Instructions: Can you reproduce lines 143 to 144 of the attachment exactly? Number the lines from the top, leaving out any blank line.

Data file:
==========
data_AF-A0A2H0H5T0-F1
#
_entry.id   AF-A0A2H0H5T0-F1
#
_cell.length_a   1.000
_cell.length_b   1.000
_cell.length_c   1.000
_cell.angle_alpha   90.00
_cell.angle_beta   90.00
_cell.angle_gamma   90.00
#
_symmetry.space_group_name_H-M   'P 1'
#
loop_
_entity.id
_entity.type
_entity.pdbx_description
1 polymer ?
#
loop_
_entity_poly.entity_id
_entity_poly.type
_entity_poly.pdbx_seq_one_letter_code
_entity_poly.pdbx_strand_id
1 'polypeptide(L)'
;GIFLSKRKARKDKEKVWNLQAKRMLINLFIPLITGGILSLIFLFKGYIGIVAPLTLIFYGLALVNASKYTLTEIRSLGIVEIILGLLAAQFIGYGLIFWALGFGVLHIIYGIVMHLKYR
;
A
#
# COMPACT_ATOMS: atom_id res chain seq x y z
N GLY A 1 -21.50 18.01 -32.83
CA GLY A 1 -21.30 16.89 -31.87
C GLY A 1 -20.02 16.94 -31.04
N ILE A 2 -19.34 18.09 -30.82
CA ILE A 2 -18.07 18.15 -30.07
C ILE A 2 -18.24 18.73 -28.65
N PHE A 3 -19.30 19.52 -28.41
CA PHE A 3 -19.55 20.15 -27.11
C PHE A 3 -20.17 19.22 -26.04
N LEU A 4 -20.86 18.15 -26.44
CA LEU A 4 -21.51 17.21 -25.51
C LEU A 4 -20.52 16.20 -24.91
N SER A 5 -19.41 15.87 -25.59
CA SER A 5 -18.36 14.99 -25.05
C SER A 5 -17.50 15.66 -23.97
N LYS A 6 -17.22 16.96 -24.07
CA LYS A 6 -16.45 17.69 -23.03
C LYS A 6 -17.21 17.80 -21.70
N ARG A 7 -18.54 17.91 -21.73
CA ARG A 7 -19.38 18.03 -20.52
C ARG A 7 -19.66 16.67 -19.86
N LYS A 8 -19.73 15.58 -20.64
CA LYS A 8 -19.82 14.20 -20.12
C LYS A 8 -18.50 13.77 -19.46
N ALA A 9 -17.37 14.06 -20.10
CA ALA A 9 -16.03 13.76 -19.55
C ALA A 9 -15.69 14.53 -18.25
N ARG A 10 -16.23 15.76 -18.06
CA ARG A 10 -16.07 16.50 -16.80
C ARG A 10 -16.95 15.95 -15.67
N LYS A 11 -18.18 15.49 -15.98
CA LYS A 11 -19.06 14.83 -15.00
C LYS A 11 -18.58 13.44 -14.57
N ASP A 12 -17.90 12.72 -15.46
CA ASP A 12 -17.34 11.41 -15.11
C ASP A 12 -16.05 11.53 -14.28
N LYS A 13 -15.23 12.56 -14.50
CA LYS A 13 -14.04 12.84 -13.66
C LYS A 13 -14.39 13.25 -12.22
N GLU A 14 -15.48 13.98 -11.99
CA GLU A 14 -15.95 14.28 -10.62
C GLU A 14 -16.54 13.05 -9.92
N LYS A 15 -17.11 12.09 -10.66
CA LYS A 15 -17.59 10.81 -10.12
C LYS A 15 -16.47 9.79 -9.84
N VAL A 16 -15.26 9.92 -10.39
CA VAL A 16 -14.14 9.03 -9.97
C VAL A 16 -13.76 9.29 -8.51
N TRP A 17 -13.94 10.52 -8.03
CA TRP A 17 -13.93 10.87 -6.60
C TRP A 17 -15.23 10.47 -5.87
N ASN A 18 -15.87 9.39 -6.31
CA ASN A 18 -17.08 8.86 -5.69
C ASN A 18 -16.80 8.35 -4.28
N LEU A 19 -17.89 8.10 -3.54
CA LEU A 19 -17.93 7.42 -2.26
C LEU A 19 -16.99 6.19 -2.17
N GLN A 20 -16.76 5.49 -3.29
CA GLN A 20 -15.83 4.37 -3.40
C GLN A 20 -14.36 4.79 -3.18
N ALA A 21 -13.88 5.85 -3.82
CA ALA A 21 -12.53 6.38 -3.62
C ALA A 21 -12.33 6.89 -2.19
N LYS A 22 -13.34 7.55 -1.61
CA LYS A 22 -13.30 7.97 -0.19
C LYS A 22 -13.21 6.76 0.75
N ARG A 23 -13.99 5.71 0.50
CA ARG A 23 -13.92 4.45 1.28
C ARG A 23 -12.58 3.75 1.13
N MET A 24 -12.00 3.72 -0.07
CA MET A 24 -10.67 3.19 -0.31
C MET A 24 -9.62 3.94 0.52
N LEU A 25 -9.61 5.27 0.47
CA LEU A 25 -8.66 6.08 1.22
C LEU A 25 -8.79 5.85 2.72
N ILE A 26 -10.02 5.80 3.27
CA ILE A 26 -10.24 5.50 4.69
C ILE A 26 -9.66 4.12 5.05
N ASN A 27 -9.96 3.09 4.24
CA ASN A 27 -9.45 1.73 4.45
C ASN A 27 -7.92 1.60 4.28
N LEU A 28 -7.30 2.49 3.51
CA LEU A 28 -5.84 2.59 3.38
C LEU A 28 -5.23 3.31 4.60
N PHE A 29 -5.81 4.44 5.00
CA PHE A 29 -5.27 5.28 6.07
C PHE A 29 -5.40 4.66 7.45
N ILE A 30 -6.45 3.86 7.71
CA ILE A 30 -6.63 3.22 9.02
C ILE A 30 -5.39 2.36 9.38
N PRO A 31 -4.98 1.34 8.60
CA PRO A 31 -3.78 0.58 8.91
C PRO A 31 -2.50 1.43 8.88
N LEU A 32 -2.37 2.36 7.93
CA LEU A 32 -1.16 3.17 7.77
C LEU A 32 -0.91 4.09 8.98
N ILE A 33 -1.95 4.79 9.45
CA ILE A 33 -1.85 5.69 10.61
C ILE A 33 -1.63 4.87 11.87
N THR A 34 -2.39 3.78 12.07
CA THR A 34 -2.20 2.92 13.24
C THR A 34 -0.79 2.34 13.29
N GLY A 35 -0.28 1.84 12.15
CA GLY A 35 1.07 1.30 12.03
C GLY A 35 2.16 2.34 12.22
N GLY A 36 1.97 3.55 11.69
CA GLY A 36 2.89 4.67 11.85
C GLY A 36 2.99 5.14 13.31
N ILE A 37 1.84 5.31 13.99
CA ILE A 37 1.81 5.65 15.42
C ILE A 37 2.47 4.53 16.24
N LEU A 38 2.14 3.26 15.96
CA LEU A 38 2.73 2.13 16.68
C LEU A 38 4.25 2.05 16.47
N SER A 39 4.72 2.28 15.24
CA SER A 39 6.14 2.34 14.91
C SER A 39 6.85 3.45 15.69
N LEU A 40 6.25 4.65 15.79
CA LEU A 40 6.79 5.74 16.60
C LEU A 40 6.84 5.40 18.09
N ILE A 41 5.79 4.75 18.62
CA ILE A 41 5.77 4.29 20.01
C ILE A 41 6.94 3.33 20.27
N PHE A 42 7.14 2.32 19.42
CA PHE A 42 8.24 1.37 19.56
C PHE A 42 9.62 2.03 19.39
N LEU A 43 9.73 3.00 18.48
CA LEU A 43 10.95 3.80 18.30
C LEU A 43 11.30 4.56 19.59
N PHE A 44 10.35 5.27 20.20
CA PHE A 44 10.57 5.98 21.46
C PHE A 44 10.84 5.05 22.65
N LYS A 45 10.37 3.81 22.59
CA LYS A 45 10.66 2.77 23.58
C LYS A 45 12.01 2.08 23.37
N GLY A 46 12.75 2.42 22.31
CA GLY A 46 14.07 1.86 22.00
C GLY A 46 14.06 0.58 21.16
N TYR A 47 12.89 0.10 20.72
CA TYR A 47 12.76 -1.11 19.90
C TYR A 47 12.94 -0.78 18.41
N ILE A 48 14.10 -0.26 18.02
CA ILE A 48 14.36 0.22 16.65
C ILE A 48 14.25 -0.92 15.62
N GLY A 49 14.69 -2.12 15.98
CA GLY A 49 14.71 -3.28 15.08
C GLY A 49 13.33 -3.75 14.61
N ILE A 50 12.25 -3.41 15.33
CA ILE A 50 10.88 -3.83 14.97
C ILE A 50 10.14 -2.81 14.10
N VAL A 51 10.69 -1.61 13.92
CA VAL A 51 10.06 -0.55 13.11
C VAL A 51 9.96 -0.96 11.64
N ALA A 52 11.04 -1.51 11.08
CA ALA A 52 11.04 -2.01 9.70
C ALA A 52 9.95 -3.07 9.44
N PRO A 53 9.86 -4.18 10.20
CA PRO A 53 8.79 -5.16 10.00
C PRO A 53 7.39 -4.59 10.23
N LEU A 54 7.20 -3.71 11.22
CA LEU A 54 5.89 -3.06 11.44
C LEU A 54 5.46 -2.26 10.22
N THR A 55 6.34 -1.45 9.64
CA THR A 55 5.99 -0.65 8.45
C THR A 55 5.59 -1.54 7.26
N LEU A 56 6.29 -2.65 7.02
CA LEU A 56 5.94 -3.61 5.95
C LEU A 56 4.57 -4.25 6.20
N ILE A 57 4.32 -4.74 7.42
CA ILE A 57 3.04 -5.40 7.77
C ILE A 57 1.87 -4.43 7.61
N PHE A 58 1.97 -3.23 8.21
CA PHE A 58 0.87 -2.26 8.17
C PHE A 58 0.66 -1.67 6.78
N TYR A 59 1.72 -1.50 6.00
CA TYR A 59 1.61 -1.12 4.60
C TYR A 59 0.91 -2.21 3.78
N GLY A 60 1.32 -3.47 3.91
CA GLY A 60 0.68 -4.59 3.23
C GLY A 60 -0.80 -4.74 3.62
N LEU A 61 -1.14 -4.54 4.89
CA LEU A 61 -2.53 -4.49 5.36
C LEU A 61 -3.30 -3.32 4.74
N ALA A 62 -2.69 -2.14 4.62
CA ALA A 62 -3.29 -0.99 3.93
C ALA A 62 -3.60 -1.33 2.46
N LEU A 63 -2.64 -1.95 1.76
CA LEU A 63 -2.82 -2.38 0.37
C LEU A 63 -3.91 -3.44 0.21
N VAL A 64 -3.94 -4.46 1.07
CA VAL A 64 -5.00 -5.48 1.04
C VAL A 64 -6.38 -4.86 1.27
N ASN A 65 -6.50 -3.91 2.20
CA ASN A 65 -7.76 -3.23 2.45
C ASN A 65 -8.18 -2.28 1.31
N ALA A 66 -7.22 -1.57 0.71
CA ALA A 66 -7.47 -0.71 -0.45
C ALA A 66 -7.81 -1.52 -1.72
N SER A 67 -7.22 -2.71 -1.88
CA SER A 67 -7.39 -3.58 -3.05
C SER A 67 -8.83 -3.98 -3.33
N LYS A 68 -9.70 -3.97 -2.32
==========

CA LEU A 38 2.73 2.13 16.68
C LEU A 38 4.25 2.05 16.47